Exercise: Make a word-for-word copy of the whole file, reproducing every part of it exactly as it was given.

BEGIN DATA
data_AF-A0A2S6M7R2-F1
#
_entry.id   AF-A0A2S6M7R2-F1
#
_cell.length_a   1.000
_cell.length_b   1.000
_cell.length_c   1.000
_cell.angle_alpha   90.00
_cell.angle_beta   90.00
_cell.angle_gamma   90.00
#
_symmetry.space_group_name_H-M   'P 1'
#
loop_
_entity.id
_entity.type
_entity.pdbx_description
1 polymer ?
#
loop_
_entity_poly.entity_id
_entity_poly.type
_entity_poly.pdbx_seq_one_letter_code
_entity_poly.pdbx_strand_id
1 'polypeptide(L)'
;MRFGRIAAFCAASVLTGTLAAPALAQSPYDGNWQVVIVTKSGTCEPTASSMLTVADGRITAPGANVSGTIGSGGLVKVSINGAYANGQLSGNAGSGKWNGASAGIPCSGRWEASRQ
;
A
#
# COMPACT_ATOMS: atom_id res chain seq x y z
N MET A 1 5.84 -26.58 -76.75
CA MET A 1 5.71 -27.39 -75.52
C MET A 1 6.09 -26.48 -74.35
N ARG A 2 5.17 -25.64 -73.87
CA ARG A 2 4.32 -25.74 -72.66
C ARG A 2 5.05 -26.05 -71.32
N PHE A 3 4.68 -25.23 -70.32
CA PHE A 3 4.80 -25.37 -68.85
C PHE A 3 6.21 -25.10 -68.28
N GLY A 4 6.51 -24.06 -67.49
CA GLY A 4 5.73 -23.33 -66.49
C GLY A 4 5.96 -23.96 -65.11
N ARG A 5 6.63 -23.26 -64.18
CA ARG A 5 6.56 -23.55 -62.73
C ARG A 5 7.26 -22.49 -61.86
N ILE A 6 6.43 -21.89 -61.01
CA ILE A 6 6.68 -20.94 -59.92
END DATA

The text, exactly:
data_AF-A0A2S6M7R2-F1
#
_entry.id   AF-A0A2S6M7R2-F1
#
_cell.length_a   1.000
_cell.length_b   1.000
_cell.length_c   1.000
_cell.angle_alpha   90.00
_cell.angle_beta   90.00
_cell.angle_gamma   90.00
#
_symmetry.space_group_name_H-M   'P 1'
#
loop_
_entity.id
_entity.type
_entity.pdbx_description
1 polymer ?
#
loop_
_entity_poly.entity_id
_entity_poly.type
_entity_poly.pdbx_seq_one_letter_code
_entity_poly.pdbx_strand_id
1 'polypeptide(L)'
;MRFGRIAAFCAASVLTGTLAAPALAQSPYDGNWQVVIVTKSGTCEPTASSMLTVADGRITAPGANVSGTIGSGGLVKVSINGAYANGQLSGNAGSGKWNGASAGIPCSGRWEASRQ
;
A
#
# COMPACT_ATOMS: atom_id res chain seq x y z
N MET A 1 5.84 -26.58 -76.75
CA MET A 1 5.71 -27.39 -75.52
C MET A 1 6.09 -26.48 -74.35
N ARG A 2 5.17 -25.64 -73.87
CA ARG A 2 4.32 -25.74 -72.66
C ARG A 2 5.05 -26.05 -71.32
N PHE A 3 4.68 -25.23 -70.32
CA PHE A 3 4.80 -25.37 -68.85
C PHE A 3 6.21 -25.10 -68.28
N GLY A 4 6.51 -24.06 -67.49
CA GLY A 4 5.73 -23.33 -66.49
C GLY A 4 5.96 -23.96 -65.11
N ARG A 5 6.63 -23.26 -64.18
CA ARG A 5 6.56 -23.55 -62.73
C ARG A 5 7.26 -22.49 -61.86
N ILE A 6 6.43 -21.89 -61.01
CA ILE A 6 6.68 -20.94 -59.92